Friday, April 04, 2014

The Three Generals

There was going to be war.  The king had to choose a commander from his three generals to lead his army.

The first general was the queen's sister's son.  He had grown with the proverbial silver spoon in his mouth, had never spent a day outside the palace, and only engaged in training only with carefully selected pansy soldiers.  His idea to inspire the army was to whimper about how much his family had "given" to the nation by ruling it for so long.  He was somewhat handsome though, and women liked him for the adult baby that he was.  The ministers liked him because they felt they could influence him.  Many in the city were of the opinion that to be effective, the commander needed to be a blue-blooded person who had leadership in his genes.  This general had never made a mistake, because he had never truly made a decision.  The army too was somewhat mystified by his charisma, as long as he kept his mouth shut.

The second general was a clever infantryman who had risen from the ranks to become a general over many decades of careful image-making, politicking and manipulation.  His role in a particular army assault against a rebel city within the country was suspect, but his culpability was never proved.  Many felt that the circumstantial evidence was strong against him, and he was known to exaggerate the achievements of his regiment.  His regiment was indeed quite happy with him, interestingly because they believed the suspicion about his culpability was true.  Many felt that only a somewhat ruthless manipulator could win this war.  He was known to be a skilled orator who could win over an audience with his witty barbs.  But it could be true that his oratory was a sham, and that the audience in his speeches was already smitten and identified with him.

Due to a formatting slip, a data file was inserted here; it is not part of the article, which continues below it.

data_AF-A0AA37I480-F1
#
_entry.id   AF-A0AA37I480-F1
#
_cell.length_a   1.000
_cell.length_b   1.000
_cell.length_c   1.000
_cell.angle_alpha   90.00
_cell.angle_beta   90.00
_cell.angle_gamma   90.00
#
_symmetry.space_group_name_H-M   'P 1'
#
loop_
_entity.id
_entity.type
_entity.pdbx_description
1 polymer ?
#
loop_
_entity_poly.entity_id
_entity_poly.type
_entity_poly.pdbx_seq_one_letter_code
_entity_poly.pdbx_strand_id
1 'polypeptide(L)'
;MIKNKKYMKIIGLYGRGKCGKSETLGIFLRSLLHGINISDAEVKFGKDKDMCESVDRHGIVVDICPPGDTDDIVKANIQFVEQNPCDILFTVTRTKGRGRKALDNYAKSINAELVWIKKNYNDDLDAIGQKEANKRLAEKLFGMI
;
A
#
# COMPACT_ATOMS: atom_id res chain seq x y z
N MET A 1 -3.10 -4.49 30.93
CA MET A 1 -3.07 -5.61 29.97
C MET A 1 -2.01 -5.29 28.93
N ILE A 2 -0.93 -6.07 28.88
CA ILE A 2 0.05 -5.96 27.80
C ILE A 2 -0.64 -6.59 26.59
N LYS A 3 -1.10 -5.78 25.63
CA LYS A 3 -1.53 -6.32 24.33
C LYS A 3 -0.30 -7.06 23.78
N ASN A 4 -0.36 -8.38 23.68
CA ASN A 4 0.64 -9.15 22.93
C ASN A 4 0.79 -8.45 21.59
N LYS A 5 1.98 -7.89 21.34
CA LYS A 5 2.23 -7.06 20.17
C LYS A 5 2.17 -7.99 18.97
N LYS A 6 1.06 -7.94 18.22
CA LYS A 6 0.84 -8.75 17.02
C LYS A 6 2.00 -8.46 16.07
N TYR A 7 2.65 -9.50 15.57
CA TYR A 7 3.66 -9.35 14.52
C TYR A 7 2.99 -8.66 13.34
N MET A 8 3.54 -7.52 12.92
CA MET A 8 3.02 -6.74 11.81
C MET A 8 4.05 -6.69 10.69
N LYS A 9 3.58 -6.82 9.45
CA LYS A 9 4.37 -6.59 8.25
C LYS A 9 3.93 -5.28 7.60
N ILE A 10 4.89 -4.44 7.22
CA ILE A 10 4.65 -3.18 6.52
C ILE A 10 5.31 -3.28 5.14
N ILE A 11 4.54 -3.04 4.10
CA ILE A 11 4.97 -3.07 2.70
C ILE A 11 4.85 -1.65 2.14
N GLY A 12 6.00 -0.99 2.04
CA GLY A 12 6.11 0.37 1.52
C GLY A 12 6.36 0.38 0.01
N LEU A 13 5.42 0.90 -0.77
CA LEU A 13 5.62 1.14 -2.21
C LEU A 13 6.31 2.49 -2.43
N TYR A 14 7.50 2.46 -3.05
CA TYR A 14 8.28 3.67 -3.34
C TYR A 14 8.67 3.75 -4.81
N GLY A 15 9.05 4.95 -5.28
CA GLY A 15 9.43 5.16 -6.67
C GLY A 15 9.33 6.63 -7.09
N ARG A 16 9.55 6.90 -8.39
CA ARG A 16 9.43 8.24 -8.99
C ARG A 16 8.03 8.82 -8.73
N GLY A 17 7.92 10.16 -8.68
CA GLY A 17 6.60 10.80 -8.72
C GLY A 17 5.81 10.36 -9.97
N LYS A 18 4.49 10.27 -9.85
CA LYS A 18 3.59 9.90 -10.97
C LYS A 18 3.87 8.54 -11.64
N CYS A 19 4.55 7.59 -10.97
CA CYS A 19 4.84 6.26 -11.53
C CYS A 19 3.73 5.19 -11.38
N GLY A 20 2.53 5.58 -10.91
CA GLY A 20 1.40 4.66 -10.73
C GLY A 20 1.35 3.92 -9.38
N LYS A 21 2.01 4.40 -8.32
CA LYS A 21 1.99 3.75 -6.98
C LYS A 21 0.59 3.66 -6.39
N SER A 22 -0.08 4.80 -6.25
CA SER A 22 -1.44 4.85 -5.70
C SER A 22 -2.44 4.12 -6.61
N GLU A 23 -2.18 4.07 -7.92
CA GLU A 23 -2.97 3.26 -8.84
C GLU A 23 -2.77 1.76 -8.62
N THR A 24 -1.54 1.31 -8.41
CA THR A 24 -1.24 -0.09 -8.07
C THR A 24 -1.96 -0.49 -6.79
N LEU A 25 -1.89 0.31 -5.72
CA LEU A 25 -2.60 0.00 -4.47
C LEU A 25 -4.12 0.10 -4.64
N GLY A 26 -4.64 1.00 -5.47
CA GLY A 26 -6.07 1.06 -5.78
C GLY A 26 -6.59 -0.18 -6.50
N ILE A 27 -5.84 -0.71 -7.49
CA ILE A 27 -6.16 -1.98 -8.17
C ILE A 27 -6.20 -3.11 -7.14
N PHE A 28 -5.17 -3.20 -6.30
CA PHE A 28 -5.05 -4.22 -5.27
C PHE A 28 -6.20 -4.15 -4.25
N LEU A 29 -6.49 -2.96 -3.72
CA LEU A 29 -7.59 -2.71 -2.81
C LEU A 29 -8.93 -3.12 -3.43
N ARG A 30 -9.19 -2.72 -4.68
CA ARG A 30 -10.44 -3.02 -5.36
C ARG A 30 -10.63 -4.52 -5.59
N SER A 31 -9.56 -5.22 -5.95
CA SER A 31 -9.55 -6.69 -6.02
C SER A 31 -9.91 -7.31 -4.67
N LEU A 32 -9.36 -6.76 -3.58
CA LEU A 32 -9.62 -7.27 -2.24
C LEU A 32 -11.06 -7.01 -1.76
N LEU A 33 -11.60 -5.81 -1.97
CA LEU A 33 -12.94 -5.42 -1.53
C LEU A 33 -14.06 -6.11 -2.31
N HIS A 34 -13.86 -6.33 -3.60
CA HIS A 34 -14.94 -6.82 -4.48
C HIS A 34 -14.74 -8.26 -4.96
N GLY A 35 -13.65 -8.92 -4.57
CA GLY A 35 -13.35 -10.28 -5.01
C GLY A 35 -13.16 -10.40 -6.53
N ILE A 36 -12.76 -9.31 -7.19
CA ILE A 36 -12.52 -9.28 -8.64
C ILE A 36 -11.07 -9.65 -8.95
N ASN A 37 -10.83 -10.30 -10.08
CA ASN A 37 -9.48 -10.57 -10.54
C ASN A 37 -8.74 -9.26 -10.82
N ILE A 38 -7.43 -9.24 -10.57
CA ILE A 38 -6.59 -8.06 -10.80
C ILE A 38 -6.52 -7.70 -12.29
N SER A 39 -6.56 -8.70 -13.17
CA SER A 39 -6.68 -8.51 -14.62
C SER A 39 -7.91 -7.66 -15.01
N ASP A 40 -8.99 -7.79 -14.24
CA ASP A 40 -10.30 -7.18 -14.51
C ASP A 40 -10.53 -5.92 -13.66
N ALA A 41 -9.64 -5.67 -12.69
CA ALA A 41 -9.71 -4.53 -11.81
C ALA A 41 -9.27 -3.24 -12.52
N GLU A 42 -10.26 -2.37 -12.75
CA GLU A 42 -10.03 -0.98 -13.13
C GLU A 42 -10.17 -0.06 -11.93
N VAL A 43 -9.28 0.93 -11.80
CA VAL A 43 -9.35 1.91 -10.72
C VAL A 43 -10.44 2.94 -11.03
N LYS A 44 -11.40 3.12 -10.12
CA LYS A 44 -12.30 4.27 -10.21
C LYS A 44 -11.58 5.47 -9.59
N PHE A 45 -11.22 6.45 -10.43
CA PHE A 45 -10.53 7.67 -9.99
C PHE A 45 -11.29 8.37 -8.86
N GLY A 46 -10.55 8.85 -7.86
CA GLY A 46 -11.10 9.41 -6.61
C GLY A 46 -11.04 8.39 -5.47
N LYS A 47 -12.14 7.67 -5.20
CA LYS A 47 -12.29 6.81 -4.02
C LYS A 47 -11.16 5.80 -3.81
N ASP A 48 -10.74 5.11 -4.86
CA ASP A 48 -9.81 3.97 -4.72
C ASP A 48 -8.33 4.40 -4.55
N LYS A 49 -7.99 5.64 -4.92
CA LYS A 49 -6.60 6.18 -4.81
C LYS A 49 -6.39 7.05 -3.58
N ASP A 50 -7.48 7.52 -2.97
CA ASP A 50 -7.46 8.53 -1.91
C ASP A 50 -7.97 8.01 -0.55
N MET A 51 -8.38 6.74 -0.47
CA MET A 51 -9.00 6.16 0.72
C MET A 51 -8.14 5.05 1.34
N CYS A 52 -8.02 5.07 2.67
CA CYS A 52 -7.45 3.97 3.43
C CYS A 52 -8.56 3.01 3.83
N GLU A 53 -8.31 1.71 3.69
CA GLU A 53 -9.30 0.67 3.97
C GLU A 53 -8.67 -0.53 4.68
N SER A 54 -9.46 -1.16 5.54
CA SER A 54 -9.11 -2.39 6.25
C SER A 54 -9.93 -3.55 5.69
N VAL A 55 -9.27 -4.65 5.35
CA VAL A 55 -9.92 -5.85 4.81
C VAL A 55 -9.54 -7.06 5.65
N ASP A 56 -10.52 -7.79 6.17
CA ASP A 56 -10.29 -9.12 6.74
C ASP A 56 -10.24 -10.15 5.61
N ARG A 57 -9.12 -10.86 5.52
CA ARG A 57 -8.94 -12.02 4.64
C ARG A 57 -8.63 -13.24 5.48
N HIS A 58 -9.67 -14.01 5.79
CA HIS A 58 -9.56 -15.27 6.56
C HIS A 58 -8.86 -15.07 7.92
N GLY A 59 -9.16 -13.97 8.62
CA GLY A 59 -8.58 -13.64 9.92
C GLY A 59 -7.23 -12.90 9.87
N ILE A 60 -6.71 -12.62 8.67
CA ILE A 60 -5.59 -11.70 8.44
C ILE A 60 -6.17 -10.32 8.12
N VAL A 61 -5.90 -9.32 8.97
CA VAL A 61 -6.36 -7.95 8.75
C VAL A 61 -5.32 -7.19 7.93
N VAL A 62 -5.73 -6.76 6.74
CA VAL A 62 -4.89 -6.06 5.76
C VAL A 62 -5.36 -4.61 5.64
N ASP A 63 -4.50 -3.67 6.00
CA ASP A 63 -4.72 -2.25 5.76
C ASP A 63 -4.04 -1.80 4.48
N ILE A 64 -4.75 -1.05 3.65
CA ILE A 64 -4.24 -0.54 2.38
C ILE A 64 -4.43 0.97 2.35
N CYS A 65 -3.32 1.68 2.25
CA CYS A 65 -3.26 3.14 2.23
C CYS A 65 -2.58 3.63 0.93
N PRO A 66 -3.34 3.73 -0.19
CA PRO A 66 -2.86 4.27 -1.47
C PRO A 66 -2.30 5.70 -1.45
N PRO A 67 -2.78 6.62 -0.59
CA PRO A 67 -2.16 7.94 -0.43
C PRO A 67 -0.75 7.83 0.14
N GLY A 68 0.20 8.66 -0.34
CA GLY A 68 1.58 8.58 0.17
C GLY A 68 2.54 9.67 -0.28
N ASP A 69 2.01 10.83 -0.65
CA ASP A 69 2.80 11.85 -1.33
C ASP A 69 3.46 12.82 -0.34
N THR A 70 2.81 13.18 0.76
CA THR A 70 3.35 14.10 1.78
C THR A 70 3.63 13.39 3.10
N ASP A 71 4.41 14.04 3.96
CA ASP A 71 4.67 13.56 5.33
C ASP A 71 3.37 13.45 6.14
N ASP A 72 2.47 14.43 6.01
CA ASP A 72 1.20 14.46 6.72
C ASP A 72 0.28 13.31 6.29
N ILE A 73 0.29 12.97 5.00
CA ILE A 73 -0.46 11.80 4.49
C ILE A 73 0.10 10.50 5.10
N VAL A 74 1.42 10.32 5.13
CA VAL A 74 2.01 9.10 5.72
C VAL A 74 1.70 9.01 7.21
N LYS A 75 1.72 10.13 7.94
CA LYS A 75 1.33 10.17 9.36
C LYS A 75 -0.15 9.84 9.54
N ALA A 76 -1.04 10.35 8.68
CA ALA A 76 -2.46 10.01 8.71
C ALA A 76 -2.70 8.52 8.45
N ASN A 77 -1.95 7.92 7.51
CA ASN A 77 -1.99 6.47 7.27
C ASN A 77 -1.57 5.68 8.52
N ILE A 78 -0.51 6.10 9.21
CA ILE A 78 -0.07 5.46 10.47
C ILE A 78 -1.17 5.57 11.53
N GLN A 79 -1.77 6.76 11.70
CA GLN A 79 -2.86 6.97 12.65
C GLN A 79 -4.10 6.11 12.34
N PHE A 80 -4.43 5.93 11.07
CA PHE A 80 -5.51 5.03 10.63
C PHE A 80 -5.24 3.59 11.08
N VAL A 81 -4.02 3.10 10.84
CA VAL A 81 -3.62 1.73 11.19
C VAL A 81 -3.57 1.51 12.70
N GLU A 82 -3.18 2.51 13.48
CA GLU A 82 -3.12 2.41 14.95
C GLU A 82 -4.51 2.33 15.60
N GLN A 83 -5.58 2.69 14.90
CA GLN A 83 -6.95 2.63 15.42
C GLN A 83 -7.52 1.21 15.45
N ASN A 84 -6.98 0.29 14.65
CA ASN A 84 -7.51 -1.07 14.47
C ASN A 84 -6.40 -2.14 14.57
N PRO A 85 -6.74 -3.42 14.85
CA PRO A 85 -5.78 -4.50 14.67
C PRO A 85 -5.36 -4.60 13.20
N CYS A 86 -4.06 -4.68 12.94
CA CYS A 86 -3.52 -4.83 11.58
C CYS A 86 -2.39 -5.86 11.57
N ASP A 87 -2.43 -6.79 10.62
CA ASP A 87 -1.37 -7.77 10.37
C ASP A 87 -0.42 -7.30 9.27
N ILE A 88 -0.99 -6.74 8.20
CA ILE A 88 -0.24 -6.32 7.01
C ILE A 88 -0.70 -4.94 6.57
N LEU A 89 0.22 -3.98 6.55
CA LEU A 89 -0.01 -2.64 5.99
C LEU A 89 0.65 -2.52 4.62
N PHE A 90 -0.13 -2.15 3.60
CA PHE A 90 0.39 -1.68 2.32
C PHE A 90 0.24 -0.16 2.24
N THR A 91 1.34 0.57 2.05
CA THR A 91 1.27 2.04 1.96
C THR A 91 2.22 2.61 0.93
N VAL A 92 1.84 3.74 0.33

The third general had been a bureaucrat.  He had protested for years for what he saw as the wasteful and corrupt way in which the army had been managed.  He was known to be quite self-righteous, with archaic ideas about using only spears and clay shields in battle.  He had chosen his seconds-in-command carefully, and did not tolerate dissent that well.  When he had transitioned to the army from his ministry, he was very idealistic and captured the imagination of the army-men.  But over the years, his charisma had dwindled, due both to an intense scrutiny of him, and to some ill-advised populist decisions that he taken while on a campaign.  Though he was reputed to be honest and forthright, he was fond of promising great victories quickly without struggle.  This made many thoughtful people doubt whether the army could win under him.

There was going to be war, and the time to choose was coming.  The cacophony of each general's supporters was growing by the day.

What the supporters never, ever would be able to guess, was that the enemy was within the city, within themselves.  That the generals could only bring about a large victory if each of them won small victories every day against the enemy within.  That the blackness that had engulfed the nation-city had emanated from the dark hearts of its own manipulative citizens.  That the blame for the enemy's infiltration lay with each of them.  Yes, the more powerful had their inner light completely extinguished.  But whenever someone weak was given power in that city, it did not take long for him to also succumb to darkness.  That the fight against darkness was never going to be complete but a battle which lay ahead till eternity.

That the generals would never be able to win the war if the soldiers were not willing to fight.